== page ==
Tuesday, June 7, 2011

"Madame... you dropped your bananas"

We're wrapping up the end of our time in Paris and I finally have a few free moments to update you all on our adventures! So far it's been incredible and there are a lot of details to report so here it goes!

Our luggage is the bane of my existence. We both over packed. What's worse is that we didn't over pack clothes... we over packed everything else! This is after making mom unpack and repack 3 times in my apartment in NY just to make sure she absolutely needed everything she was bringing. I'm a bit guilty of this myself. There are some bathroom products that I just can't live without and though I know you can buy them here... they're more expensive then they'd be back home. Anyway, I'm sharing this because it's important for you to remember when I discuss dragging luggage with us throughout our journey.

First let's start with the plane. Wow! This plane was huge, quiet, the staff was efficient, chairs were relatively comfortable and they had a ton of movies to choose from while waiting for dinner. Shout out to James who told mom that their seats were lined with charcoal so if you farted it wouldn't smell. Now I'm a pretty gullible person... and this may or may not have been true. I wouldn't put it past him to have fibbed on that one. But alas... I tried it out... and viola! No smell! Granted I didn't exactly eat something that would make my normal brew more pungent than usual however it seemed to in fact work.

As we were landing in France I couldn't help but get very teary eyed. I had to hold back from crying several times at the airport. I've always wanted to go to Europe and have talked about it at length with the poeple in my life. Really being here is so unbelievable that I'm still pinching myself. Everything at the airport was fine until it came to shlepping our luggage. In the airport, to the train, to the metro, to the apartment and not to mention up and down several stair cases. I felt like a work horse. There was one point while we were walking that moms bananas fell from her bag and this man said to her "Pardon madame you dropped your bananas". He said it loud enough for everyone around us to stare at her as she unwillingly picked them up. I know sinking in a hole at that point would've been a good option for her. Her words... "I wanted to die". The bananas' fate was soon met in a nearby trash can.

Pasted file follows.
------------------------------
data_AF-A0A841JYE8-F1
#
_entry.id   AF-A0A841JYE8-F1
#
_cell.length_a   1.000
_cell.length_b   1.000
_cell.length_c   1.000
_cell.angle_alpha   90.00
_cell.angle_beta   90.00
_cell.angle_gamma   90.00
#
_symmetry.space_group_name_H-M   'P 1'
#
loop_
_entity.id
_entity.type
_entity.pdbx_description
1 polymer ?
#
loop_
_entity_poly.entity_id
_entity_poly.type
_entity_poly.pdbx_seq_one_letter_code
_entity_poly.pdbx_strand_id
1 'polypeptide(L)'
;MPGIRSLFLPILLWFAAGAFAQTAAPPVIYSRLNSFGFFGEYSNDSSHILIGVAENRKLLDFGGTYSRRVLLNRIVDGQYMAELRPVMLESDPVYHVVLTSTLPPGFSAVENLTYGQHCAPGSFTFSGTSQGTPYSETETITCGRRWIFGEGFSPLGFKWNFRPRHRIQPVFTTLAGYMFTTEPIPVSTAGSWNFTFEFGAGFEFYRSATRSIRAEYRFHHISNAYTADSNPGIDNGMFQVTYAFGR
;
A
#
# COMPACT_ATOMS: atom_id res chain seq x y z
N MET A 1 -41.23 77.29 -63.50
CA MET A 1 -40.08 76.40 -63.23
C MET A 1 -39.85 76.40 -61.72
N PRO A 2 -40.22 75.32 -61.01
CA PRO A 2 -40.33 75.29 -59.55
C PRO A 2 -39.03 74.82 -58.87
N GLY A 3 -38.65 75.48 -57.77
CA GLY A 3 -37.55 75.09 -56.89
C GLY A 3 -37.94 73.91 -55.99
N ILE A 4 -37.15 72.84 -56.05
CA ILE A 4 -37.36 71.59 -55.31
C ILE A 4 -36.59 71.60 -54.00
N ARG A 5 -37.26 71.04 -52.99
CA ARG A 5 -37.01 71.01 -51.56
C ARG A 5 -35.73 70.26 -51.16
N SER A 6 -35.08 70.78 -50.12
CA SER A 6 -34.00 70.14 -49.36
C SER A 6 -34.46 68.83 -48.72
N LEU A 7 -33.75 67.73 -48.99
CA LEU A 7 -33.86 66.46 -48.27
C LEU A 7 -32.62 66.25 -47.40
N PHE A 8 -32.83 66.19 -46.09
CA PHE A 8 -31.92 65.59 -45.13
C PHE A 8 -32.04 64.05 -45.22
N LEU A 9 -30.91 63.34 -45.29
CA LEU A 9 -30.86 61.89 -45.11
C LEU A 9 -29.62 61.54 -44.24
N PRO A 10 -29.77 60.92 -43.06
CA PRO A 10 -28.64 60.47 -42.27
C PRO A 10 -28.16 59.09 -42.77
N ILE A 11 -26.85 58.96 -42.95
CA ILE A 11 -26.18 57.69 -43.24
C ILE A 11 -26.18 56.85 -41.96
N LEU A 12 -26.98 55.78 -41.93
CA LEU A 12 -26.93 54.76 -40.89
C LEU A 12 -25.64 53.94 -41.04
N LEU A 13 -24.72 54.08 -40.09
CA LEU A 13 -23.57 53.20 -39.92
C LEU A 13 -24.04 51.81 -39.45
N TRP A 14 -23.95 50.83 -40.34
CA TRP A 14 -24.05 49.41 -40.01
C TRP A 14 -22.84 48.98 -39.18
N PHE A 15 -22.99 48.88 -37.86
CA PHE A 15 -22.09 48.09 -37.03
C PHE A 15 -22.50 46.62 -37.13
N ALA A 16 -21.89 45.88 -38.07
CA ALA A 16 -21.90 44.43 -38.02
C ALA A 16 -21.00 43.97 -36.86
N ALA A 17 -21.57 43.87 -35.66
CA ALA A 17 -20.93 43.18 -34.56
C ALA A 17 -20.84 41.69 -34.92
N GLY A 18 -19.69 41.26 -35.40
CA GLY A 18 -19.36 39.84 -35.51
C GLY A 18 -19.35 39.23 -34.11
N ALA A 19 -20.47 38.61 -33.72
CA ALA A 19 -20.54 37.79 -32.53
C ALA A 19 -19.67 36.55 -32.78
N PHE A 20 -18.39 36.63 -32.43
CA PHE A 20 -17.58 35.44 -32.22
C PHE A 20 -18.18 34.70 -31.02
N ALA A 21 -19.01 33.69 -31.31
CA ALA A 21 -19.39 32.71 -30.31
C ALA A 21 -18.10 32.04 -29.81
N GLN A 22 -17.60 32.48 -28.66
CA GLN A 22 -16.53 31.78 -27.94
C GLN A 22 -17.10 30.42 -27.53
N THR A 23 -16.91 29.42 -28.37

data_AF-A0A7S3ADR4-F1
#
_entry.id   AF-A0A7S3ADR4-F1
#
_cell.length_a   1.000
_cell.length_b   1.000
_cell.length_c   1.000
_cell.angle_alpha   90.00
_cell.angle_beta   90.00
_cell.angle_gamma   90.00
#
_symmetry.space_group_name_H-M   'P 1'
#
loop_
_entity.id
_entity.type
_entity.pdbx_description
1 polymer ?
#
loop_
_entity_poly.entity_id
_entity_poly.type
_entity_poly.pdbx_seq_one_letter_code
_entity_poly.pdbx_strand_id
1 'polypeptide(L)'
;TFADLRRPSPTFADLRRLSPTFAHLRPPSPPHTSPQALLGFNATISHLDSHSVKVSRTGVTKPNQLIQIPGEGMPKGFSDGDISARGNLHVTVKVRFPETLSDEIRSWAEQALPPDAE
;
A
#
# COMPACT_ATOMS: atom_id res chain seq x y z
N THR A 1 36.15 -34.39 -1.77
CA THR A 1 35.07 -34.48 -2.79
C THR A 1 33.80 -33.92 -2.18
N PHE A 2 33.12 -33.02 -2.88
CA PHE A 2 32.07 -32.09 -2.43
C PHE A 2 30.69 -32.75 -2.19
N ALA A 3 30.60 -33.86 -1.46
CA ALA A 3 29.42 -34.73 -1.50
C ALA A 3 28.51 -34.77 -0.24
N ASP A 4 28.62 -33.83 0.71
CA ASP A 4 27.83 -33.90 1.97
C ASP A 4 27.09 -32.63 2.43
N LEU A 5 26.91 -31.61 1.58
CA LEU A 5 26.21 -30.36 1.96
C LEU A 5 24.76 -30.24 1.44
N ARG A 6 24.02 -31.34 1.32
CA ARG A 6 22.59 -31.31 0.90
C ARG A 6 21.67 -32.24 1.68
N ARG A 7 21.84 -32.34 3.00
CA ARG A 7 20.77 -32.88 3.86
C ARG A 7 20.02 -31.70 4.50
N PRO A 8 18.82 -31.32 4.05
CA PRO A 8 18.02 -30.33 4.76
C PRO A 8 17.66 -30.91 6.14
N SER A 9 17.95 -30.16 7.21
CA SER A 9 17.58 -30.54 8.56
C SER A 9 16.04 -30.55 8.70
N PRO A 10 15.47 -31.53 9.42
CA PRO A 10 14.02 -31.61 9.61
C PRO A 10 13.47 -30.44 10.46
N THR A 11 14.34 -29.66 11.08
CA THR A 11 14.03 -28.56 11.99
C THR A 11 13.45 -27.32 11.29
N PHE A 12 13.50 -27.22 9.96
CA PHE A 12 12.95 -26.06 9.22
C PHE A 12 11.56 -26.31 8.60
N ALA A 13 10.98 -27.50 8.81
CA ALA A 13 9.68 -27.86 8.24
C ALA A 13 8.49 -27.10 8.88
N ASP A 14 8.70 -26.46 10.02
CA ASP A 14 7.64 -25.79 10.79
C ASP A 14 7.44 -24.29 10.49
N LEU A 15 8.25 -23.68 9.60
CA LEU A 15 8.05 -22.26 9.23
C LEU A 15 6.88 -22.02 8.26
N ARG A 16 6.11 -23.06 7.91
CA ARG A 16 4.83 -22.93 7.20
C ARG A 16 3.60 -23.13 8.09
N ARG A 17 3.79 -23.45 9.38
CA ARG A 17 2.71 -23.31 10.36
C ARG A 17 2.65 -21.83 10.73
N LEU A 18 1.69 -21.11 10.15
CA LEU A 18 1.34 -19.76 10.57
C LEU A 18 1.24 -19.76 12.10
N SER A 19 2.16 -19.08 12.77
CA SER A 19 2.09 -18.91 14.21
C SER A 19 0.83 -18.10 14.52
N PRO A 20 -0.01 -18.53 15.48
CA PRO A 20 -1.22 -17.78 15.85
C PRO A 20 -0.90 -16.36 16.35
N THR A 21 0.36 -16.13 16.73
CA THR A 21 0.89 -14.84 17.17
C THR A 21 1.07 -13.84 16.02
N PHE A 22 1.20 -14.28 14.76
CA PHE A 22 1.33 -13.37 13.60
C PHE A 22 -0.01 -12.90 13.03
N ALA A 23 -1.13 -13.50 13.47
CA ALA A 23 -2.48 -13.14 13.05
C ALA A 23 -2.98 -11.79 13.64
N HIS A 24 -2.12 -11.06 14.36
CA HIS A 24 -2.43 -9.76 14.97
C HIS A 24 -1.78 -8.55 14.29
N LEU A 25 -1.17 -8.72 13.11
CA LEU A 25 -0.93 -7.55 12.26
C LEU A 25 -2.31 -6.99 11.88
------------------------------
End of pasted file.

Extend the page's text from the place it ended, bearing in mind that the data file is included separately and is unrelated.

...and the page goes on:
The apartment we're staying in is lovely and is in the part of Paris called Marais. It's gorgeous here! They haven't invented words to adequately describe the beauty of this place. The buildings, the stores, the Seine is just 2 blocks away. It's perfect! Fighting the urge to crawl into bed we dropped off our things and went for a walk in the neighborhood looking for grocery stores and just taking it all in. We wound up walking across the Seine to Notre Dame where there was a full orchestra playing in the park in the back of the church. The weather was so perfect. We sat back and listened for a bit where they were inronically enough playing snippets from the score of Les Mis and then Gershwins an American in Paris.